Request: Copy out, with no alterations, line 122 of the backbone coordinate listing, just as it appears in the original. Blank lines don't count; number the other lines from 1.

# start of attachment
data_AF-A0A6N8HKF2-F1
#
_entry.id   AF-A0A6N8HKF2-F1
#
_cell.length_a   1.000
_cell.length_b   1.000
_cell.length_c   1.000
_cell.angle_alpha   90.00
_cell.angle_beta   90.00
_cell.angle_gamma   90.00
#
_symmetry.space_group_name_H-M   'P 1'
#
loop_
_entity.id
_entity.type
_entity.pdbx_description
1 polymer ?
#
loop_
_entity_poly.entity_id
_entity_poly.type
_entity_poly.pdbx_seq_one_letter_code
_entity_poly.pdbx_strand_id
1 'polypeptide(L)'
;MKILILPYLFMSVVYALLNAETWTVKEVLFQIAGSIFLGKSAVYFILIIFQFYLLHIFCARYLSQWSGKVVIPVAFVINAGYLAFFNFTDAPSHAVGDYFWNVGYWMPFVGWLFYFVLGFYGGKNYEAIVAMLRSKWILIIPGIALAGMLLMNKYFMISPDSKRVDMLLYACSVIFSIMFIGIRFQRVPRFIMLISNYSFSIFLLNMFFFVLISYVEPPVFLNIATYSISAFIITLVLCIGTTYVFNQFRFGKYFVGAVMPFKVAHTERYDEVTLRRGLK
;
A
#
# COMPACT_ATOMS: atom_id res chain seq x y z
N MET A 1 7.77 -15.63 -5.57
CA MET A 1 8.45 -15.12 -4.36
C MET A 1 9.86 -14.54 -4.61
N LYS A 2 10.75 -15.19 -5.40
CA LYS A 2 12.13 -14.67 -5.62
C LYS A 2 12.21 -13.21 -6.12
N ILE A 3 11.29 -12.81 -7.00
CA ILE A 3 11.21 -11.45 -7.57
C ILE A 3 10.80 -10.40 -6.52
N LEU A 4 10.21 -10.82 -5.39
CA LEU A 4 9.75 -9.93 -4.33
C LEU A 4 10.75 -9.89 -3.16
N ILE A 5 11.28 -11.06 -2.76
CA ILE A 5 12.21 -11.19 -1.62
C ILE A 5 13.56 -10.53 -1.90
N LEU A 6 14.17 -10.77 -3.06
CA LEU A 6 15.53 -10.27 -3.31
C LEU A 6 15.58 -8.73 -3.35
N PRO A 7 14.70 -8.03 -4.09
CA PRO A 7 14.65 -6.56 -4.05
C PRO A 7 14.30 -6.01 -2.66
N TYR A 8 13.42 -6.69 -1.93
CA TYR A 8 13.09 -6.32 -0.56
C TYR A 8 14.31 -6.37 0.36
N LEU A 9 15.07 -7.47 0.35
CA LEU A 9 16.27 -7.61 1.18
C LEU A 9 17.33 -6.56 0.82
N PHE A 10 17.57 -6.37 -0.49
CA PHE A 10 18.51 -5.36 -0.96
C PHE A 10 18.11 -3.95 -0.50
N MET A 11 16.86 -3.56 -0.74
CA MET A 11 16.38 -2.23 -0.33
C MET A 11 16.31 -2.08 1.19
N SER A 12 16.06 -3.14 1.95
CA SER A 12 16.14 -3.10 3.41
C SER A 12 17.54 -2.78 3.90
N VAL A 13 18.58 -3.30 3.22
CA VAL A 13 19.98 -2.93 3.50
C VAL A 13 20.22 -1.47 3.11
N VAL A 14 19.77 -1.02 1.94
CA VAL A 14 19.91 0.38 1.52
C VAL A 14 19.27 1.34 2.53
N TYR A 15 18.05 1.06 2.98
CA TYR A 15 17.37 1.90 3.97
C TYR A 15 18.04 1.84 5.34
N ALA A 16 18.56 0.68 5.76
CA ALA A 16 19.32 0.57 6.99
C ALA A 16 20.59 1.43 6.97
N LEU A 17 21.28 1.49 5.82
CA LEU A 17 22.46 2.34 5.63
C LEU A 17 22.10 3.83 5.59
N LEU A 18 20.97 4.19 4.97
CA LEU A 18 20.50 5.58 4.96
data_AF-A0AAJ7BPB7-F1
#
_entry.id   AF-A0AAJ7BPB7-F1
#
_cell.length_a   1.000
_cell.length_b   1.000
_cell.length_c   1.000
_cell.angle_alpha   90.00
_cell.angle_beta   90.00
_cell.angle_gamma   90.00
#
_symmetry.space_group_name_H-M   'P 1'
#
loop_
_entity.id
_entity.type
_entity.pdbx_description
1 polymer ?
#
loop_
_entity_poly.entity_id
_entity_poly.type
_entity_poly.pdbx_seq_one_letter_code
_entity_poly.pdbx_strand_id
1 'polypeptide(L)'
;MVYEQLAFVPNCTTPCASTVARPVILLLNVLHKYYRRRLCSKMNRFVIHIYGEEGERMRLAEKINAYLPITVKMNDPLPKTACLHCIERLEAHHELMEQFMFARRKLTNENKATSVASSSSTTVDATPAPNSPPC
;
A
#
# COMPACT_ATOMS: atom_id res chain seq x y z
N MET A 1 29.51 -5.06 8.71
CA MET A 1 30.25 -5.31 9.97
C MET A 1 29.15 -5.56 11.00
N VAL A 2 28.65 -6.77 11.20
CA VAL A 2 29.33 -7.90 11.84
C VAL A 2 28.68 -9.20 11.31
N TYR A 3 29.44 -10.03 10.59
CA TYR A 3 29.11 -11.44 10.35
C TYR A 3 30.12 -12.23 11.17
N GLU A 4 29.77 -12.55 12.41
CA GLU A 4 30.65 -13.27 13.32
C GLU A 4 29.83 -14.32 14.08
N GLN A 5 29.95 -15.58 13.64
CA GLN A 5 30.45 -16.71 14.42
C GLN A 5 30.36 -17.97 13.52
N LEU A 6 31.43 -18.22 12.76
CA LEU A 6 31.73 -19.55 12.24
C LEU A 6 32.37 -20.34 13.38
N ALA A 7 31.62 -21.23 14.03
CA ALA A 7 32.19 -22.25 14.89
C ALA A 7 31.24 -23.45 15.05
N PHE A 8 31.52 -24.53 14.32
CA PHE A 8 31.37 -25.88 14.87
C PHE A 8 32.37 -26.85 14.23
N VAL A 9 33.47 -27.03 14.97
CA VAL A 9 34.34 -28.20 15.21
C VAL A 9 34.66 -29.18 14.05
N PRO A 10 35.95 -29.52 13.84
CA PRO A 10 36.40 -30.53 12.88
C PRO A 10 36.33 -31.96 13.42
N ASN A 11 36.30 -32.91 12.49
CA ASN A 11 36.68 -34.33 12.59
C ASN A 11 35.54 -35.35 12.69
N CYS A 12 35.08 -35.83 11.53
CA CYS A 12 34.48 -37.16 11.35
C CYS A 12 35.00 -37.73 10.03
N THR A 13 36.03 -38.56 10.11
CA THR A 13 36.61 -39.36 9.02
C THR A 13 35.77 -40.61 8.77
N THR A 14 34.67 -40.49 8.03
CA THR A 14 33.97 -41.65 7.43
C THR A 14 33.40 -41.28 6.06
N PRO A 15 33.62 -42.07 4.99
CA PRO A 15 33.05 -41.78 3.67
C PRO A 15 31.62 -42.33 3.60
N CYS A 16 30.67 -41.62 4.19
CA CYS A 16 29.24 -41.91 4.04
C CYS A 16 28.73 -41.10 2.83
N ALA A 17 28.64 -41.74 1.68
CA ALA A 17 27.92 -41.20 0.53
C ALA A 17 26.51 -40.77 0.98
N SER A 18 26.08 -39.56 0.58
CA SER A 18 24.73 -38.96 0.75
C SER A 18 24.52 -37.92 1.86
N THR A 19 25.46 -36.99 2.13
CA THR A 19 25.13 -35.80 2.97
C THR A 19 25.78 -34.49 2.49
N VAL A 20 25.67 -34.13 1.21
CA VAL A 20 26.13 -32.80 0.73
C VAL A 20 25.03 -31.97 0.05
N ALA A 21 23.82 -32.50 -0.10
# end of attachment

C TYR A 3 30.12 -12.23 11.17